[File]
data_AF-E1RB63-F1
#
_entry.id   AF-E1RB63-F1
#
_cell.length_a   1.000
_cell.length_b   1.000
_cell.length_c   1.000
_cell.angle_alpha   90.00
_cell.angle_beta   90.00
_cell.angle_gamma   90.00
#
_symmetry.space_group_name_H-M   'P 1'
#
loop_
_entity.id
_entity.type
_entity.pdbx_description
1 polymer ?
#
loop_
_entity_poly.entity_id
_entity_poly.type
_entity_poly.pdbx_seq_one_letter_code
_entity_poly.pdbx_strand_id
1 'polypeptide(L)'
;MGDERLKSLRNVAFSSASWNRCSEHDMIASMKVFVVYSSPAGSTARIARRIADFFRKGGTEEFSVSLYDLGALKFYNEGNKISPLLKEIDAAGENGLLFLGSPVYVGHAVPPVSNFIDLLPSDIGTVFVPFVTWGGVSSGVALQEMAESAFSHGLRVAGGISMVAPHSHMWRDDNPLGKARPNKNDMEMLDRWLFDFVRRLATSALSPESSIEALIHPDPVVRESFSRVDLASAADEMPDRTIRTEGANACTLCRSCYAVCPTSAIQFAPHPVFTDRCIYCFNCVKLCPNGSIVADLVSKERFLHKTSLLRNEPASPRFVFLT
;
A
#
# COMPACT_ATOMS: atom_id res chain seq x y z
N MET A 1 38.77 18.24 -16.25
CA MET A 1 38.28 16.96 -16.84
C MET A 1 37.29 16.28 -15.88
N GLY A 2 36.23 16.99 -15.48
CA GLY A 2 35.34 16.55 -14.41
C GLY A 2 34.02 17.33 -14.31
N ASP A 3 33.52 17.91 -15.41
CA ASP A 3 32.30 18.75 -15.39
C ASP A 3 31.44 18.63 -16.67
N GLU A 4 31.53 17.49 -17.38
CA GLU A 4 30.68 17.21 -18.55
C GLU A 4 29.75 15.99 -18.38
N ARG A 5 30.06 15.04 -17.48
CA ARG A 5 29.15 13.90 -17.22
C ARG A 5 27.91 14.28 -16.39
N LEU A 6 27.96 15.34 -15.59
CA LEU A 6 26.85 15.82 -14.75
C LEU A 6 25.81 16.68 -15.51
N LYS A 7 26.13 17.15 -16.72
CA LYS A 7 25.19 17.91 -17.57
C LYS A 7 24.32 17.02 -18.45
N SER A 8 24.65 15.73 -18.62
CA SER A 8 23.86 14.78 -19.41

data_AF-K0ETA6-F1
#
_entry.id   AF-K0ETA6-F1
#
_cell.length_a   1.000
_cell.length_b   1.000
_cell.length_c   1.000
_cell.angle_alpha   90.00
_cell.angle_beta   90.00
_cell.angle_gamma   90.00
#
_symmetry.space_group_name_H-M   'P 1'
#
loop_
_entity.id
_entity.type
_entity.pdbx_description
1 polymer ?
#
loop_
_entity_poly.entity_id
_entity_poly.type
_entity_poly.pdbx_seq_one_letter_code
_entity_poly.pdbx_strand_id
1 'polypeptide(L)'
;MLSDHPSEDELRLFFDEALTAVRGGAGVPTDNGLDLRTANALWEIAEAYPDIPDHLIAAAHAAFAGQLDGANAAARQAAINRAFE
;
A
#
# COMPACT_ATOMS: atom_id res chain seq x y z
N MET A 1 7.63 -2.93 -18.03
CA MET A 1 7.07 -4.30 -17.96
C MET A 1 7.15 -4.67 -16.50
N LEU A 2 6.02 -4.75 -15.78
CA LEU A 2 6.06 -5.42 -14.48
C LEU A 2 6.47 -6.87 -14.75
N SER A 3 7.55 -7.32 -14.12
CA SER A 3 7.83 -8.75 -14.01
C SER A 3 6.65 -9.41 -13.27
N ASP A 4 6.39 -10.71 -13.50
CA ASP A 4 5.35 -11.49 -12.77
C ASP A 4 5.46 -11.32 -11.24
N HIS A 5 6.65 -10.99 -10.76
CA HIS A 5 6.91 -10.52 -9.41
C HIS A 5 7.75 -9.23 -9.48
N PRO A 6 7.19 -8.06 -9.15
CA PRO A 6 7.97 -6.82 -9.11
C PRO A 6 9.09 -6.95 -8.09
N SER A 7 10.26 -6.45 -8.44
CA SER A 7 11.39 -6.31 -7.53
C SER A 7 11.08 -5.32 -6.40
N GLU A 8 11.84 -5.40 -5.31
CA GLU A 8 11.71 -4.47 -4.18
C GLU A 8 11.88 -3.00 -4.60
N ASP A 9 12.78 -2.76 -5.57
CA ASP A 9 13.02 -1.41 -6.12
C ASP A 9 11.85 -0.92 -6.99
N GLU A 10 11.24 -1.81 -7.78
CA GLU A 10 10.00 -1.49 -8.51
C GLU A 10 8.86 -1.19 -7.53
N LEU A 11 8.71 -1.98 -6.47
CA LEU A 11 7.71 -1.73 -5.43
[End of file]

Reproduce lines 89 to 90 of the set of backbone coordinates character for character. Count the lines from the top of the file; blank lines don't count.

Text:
C LEU A 2 6.47 -6.87 -14.75
N SER A 3 7.55 -7.32 -14.12